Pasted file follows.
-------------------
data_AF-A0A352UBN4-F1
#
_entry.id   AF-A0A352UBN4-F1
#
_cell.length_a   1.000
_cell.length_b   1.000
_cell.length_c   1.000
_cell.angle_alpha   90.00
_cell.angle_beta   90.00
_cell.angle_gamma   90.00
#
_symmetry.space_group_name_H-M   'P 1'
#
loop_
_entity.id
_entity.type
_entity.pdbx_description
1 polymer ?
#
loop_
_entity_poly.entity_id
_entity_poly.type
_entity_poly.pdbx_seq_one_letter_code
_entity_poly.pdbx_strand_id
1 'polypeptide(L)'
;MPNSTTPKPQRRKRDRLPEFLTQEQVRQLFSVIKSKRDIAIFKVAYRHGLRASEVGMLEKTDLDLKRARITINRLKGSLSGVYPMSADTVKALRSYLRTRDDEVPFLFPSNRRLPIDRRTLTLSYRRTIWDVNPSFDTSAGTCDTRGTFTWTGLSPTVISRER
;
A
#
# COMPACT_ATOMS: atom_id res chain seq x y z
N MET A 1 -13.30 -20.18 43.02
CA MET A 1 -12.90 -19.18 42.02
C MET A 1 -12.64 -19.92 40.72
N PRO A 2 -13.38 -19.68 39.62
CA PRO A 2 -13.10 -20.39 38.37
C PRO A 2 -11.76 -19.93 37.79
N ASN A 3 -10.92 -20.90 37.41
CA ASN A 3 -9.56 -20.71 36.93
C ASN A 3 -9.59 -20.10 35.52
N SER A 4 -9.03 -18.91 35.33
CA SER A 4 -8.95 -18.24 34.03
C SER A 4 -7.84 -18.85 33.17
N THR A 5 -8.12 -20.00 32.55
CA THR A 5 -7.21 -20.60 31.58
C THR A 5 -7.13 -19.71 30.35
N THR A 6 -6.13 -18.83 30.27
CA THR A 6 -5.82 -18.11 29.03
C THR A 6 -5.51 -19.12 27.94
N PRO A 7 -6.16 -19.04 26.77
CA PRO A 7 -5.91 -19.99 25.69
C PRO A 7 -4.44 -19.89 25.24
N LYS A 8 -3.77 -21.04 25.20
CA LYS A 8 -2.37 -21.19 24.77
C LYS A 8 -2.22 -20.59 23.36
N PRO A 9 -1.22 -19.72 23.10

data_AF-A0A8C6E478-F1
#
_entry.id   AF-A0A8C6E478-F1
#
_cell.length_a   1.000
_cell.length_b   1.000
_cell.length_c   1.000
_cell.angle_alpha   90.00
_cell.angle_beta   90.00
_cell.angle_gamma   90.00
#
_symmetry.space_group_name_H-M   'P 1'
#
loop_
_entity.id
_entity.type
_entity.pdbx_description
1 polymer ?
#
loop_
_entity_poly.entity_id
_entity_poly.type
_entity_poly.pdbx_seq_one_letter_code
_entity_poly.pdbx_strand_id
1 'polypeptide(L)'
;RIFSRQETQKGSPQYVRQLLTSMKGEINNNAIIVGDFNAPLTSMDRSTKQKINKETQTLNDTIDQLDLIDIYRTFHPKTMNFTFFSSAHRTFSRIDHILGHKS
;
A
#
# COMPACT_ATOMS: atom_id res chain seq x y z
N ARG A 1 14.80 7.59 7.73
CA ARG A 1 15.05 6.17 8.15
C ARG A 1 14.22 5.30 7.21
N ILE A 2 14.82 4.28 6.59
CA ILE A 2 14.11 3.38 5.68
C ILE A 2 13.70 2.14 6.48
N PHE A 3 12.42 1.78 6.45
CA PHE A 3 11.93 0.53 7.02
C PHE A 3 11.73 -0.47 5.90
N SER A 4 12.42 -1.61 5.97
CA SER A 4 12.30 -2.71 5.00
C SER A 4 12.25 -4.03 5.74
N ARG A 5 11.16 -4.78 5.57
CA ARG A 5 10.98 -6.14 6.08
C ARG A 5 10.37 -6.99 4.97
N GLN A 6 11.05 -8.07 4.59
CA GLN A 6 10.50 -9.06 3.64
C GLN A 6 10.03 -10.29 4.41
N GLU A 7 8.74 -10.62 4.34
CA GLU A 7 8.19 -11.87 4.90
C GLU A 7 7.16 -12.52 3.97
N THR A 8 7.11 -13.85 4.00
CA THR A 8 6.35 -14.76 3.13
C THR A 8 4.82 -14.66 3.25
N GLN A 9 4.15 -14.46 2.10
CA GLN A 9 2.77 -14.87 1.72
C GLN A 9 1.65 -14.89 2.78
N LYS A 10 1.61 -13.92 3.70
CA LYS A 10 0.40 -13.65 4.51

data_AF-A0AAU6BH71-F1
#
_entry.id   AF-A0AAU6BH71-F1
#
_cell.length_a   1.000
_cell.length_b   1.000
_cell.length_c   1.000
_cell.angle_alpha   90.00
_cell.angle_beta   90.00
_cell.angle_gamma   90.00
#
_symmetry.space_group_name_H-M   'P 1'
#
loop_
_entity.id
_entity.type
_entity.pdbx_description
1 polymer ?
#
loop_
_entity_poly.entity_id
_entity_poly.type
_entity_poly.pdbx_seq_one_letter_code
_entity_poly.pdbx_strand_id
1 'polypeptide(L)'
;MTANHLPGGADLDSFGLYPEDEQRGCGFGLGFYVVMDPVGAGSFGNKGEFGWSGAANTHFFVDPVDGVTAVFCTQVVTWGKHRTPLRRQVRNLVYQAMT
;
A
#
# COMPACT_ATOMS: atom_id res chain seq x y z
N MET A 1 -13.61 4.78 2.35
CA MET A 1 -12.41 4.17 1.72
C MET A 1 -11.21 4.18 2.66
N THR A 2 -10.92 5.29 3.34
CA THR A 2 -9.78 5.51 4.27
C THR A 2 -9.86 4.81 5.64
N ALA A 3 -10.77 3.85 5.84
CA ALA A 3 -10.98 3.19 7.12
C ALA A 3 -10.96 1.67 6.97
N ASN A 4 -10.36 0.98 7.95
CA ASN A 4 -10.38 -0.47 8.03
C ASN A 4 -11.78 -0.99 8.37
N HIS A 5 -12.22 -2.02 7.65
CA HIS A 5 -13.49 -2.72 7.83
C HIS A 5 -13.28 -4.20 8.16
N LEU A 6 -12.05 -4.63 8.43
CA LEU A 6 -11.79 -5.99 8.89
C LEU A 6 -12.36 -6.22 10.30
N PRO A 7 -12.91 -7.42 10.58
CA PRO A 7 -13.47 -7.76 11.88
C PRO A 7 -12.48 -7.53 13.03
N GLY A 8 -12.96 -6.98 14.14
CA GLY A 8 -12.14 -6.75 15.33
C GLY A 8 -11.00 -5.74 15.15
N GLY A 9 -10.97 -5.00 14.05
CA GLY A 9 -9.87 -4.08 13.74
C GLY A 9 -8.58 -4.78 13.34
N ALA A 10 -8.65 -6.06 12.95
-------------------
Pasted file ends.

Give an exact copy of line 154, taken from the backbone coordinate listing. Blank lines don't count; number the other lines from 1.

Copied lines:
N ASN A 4 -10.36 0.98 7.95